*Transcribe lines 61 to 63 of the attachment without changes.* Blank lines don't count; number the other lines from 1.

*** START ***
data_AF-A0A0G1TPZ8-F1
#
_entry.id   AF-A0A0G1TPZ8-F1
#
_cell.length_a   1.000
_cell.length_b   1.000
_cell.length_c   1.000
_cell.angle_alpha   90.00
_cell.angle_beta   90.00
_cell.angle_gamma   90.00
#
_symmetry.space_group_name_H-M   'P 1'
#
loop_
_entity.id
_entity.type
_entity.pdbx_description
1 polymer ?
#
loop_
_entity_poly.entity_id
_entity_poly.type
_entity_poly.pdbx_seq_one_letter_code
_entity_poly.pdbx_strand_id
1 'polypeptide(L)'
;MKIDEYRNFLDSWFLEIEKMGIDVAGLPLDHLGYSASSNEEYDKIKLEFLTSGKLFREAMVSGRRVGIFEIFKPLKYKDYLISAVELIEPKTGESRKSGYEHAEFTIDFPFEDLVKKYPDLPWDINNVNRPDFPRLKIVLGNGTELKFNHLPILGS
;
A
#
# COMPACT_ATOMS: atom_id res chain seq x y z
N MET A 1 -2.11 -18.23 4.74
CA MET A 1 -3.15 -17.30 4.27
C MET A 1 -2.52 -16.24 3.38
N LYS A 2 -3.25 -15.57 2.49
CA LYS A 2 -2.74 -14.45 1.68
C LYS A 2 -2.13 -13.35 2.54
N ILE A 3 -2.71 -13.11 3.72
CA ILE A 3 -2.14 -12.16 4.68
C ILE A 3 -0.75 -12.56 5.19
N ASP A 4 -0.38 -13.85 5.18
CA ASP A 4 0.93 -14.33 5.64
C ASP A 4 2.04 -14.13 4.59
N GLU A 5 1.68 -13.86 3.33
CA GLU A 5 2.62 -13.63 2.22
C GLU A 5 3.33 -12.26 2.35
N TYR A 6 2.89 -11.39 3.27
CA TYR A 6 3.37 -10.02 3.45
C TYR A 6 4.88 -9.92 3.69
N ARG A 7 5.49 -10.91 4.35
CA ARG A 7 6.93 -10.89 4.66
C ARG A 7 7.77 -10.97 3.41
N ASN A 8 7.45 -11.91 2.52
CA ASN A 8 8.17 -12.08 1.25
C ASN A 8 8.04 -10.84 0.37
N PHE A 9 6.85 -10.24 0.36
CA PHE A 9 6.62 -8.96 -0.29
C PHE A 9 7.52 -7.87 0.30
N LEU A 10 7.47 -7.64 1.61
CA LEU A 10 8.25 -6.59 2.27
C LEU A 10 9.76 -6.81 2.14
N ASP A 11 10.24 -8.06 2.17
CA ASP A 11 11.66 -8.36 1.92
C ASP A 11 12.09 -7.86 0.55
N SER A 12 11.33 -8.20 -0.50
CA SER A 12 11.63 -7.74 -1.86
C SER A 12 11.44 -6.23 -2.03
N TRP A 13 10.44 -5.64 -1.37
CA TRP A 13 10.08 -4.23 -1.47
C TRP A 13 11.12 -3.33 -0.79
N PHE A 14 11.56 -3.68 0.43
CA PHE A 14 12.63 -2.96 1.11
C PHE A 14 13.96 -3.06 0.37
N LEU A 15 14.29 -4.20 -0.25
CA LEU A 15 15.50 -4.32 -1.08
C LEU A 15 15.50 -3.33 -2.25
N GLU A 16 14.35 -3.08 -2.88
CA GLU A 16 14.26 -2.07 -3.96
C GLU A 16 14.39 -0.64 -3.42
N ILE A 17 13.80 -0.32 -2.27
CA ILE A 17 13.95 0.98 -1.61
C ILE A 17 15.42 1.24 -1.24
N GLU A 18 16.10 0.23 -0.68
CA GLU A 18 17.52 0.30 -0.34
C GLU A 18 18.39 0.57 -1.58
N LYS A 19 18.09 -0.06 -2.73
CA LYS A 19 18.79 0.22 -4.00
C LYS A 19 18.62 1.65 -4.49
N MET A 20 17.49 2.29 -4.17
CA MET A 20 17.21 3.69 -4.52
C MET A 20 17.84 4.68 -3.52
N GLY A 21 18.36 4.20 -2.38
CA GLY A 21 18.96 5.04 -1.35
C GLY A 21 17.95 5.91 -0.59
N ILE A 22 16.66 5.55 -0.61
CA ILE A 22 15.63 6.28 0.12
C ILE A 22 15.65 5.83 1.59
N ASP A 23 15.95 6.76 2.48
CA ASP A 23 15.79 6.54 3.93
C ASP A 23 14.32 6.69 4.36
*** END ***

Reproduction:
N ASP A 11 10.24 -8.06 2.17
CA ASP A 11 11.66 -8.36 1.92
C ASP A 11 12.09 -7.86 0.55